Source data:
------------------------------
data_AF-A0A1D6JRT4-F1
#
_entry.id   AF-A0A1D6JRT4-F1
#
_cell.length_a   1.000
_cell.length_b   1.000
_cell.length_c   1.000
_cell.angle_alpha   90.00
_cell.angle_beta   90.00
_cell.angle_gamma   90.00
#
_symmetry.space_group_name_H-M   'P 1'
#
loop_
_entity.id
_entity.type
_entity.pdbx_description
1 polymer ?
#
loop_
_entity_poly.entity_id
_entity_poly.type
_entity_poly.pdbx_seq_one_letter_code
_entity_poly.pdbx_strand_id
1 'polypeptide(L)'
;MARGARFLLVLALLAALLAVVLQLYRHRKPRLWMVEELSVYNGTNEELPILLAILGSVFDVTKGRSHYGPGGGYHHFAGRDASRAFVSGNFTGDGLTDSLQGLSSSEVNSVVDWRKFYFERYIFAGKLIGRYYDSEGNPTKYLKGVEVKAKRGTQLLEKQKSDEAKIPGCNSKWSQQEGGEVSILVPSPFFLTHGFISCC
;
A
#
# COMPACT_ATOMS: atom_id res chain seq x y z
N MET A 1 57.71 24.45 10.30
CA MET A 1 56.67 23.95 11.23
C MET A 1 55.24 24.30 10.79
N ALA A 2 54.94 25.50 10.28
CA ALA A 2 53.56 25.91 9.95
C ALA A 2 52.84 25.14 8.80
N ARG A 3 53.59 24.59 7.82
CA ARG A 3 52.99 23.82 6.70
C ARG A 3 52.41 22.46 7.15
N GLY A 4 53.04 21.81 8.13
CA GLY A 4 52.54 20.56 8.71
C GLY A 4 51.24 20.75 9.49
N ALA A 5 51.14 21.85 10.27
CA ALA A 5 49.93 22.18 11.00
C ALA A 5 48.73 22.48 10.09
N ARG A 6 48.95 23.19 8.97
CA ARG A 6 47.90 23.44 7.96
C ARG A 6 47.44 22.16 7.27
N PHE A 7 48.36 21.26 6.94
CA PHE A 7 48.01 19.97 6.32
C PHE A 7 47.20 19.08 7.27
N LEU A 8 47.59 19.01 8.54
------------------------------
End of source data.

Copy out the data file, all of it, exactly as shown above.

data_AF-A0A1D6JRT4-F1
#
_entry.id   AF-A0A1D6JRT4-F1
#
_cell.length_a   1.000
_cell.length_b   1.000
_cell.length_c   1.000
_cell.angle_alpha   90.00
_cell.angle_beta   90.00
_cell.angle_gamma   90.00
#
_symmetry.space_group_name_H-M   'P 1'
#
loop_
_entity.id
_entity.type
_entity.pdbx_description
1 polymer ?
#
loop_
_entity_poly.entity_id
_entity_poly.type
_entity_poly.pdbx_seq_one_letter_code
_entity_poly.pdbx_strand_id
1 'polypeptide(L)'
;MARGARFLLVLALLAALLAVVLQLYRHRKPRLWMVEELSVYNGTNEELPILLAILGSVFDVTKGRSHYGPGGGYHHFAGRDASRAFVSGNFTGDGLTDSLQGLSSSEVNSVVDWRKFYFERYIFAGKLIGRYYDSEGNPTKYLKGVEVKAKRGTQLLEKQKSDEAKIPGCNSKWSQQEGGEVSILVPSPFFLTHGFISCC
;
A
#
# COMPACT_ATOMS: atom_id res chain seq x y z
N MET A 1 57.71 24.45 10.30
CA MET A 1 56.67 23.95 11.23
C MET A 1 55.24 24.30 10.79
N ALA A 2 54.94 25.50 10.28
CA ALA A 2 53.56 25.91 9.95
C ALA A 2 52.84 25.14 8.80
N ARG A 3 53.59 24.59 7.82
CA ARG A 3 52.99 23.82 6.70
C ARG A 3 52.41 22.46 7.15
N GLY A 4 53.04 21.81 8.13
CA GLY A 4 52.54 20.56 8.71
C GLY A 4 51.24 20.75 9.49
N ALA A 5 51.14 21.85 10.27
CA ALA A 5 49.93 22.18 11.00
C ALA A 5 48.73 22.48 10.09
N ARG A 6 48.95 23.19 8.97
CA ARG A 6 47.90 23.44 7.96
C ARG A 6 47.44 22.16 7.27
N PHE A 7 48.36 21.26 6.94
CA PHE A 7 48.01 19.97 6.32
C PHE A 7 47.20 19.08 7.27
N LEU A 8 47.59 19.01 8.54